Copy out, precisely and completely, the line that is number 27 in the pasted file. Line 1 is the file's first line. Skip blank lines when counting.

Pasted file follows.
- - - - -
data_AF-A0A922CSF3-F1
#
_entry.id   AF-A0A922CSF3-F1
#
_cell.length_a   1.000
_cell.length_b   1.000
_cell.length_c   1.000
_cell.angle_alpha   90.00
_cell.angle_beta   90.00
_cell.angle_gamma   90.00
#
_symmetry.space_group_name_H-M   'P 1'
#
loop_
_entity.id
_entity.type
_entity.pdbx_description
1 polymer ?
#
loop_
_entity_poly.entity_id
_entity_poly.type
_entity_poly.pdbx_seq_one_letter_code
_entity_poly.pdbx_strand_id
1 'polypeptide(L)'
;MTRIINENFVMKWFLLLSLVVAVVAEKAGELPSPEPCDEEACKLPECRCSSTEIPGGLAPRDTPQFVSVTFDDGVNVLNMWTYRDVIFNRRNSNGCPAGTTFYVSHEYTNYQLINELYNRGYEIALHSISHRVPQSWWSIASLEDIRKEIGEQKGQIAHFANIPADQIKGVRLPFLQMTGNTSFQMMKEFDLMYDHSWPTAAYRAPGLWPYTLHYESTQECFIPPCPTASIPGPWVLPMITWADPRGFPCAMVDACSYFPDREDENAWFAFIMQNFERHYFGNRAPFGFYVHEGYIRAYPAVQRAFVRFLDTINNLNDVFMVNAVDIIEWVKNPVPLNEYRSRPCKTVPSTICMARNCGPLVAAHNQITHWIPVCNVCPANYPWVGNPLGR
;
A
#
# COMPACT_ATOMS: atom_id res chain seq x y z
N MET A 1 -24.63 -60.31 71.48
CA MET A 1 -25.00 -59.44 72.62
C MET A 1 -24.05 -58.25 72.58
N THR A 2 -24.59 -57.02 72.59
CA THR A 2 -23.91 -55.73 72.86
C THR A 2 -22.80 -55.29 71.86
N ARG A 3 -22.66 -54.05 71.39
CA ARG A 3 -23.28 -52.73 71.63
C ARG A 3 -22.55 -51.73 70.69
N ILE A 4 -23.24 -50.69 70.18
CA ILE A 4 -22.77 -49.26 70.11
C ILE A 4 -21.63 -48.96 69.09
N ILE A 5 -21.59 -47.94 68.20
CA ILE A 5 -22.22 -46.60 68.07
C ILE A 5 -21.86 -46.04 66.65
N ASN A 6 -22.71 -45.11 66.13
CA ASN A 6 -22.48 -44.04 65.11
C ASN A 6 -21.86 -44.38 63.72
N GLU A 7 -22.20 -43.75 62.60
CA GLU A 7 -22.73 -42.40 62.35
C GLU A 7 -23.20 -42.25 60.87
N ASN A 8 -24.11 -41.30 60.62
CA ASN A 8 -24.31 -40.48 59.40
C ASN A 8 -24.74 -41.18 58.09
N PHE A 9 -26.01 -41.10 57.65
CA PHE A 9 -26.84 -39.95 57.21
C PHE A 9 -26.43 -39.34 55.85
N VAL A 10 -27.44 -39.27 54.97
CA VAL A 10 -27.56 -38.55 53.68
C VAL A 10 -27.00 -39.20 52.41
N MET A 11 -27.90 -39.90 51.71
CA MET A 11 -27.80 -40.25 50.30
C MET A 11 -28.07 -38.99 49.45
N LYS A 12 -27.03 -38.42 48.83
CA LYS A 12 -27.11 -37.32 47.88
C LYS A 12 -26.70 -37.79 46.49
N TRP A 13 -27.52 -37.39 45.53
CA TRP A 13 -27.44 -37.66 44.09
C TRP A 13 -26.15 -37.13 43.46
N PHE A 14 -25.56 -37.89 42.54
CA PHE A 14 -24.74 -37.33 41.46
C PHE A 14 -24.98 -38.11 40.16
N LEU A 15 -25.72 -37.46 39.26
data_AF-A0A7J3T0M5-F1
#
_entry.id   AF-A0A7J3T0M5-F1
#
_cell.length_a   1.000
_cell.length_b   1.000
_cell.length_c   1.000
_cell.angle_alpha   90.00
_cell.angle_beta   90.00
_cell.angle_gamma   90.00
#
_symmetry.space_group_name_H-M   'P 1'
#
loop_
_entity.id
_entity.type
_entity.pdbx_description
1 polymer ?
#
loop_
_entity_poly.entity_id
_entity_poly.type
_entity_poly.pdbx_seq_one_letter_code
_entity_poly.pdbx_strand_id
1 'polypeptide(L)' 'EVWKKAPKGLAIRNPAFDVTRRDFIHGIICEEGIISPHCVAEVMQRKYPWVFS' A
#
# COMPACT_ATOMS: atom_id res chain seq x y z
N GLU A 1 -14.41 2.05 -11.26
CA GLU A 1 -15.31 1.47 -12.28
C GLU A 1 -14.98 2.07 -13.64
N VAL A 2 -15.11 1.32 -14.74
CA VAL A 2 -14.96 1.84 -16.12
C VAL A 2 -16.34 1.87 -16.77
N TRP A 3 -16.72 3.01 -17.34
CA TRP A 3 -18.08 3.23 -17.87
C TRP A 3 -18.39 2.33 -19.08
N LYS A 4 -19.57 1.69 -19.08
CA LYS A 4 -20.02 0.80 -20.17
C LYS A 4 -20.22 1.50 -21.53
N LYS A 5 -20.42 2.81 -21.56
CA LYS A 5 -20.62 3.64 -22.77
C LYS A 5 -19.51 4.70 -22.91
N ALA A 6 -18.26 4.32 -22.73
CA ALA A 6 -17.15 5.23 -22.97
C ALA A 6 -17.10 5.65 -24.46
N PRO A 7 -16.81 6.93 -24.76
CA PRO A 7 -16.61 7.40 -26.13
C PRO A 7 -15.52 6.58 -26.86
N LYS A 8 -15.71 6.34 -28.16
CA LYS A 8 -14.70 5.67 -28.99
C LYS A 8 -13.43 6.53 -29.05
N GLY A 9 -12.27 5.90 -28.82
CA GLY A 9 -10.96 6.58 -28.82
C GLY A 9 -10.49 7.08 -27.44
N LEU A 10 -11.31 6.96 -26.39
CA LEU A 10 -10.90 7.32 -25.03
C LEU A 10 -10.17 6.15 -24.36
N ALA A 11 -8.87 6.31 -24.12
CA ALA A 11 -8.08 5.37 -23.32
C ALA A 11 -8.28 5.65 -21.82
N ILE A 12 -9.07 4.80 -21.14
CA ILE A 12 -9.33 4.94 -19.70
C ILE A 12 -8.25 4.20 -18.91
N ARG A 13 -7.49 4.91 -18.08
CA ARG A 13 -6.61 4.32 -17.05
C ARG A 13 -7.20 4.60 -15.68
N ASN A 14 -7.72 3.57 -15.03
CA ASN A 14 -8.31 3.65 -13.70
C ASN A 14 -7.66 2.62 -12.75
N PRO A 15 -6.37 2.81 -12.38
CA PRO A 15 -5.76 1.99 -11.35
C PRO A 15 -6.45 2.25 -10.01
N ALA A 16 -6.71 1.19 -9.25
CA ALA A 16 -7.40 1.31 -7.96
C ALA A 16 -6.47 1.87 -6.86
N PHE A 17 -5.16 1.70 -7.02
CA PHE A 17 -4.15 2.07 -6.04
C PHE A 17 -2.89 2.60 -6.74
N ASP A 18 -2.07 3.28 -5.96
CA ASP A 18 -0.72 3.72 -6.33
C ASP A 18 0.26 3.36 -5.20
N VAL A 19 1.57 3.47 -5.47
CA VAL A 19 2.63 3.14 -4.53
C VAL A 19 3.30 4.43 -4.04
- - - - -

;